assessment, I visited dozens of habitats of less than one acre to
greater than 250 acres in size and conducted biodiversity analysis.
Biological diversity, or biodiversity, refers to the varieties of
life forms or the web of life. It encompasses ecosystems, communities,
individual species, and the genetic variations of individual
organisms. The importance of biodiversity in the environment has come
to be widely accepted over the last three decades. Biodiversity has
been recognized as an indicator of ecosystem health, a reservoir for
agricultural variety, a source of medicines, a supporter of watershed
quality, a mediator against human disease and disease vectors, and an
aesthetic and recreational resource.
This biodiversity assessment takes a systematic and broad approach to
understanding the relationship of humans with flora and fauna within
the study area; it has many components including research, networking,
outreach and collaboration, mapping of habitats by use of aerial
photographs and other resources, and field-study of flora, fauna,
habitats, hydrology, and human interconnections.
The mosaic of a well-classified habitat map is the best tool for
describing, understanding, and predicting patterns of biodiversity.
Many questions also arise from a habitat map. A look at a habitat map
shows the distribution of habitats, their interconnections,
divisiveness and fragmentation, geography, geometry, relative rarity,
proximity to human development or disturbance, and trends that may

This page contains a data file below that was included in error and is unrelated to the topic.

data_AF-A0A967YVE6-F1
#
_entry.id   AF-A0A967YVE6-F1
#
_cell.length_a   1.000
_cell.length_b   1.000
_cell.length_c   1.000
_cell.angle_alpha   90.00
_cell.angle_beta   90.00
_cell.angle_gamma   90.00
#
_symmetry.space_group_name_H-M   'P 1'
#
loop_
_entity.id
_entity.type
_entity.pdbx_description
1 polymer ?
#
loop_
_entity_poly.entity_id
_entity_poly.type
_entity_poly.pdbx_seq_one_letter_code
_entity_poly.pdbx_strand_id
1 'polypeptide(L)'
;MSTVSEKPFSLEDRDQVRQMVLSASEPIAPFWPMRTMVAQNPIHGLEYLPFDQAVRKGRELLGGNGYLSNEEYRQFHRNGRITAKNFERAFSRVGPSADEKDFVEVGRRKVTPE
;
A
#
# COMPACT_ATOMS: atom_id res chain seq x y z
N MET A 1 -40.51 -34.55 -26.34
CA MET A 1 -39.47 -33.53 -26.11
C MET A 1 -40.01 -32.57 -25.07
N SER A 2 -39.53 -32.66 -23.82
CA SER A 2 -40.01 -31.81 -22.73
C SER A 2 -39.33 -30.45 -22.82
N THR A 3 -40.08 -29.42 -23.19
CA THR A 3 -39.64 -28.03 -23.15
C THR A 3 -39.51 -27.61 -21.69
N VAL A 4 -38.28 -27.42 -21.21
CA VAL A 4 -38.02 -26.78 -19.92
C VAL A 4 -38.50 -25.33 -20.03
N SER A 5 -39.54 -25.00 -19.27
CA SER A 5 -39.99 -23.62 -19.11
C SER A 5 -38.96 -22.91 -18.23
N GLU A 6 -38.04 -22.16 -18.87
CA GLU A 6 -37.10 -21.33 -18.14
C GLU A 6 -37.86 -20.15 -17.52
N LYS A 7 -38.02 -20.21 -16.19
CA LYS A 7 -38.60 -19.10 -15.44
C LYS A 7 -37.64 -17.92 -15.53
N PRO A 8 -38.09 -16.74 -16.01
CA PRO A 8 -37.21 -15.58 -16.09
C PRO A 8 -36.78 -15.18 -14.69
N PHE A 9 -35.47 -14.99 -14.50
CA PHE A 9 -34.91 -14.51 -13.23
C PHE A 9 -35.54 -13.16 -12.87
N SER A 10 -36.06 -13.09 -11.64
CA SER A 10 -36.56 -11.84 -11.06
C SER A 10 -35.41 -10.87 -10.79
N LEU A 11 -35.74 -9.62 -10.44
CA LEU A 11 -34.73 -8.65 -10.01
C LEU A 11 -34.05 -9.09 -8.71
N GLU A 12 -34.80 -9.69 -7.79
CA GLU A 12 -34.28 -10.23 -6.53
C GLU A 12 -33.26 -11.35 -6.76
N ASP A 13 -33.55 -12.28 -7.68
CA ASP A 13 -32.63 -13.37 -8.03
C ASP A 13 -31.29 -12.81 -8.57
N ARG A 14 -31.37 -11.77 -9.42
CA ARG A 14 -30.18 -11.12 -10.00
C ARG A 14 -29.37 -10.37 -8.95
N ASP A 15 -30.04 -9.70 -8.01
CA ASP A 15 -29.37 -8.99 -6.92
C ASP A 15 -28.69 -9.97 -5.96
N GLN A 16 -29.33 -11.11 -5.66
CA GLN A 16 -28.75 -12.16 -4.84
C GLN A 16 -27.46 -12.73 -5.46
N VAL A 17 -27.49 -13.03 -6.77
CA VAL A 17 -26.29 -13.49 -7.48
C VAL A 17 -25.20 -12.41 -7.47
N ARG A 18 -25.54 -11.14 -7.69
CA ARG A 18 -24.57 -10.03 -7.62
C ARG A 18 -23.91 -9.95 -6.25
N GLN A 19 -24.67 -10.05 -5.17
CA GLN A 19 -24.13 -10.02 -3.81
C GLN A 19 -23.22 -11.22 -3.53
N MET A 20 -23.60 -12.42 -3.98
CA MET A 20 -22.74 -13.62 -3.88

help predict what habitats will look like in the future.
Habitat mapping in a biodiversity assessment is followed by field
work. During field work the habitat map is ground-truthed (where
habitats that are difficult to identify remotely are visited on the
ground for verification). Many different subject matters are studied
in the field. These include understanding how geology and hydrology
affect different habitats; identifying of typical, unusual, or rare
flora and fauna; noting the diversity and prevalence of native,
non-native and invasive species; ascertaining rare species based on
knowledge of their preferred habitat types; and identifying threats to
particular habitats. Many questions arise in the field and some
habitats need to be revisited during different seasons to get a fuller
sense of their biodiversity.
In phase two of this project, the biodiversity assessment will be followed
by recommendations on environmental protection, the preparation and
presentation of pertinent reports, and recommendations for future
studies. This biodiversity assessment report should be published in
the summer of 2013.
Biodiversity assessment is a tool to help people take initiatives
that will protect the environment. Recommendations from the
biodiversity assessment are geared towards all sectors of the public,
including homeowners, businesses, environmental organizations, and the
government. A biodiversity assessment also serves as a resource for
those interested in exploring nature, discovering new places, and
learning about the geology, flora, and fauna of an area.
The study area encompasses the Port Washington peninsula north of the
Long Island Expressway and also parts of Manhasset and Roslyn,
skirting along the mouths of the Manhasset and Hempstead Harbor Bays.
The inter-municipal study area was chosen for its high degree of
biodiversity, for the great local appreciation of biodiversity and
desire for its protection, for its many diverse, under-studied, and
unknown habitats, and for geographical continuity.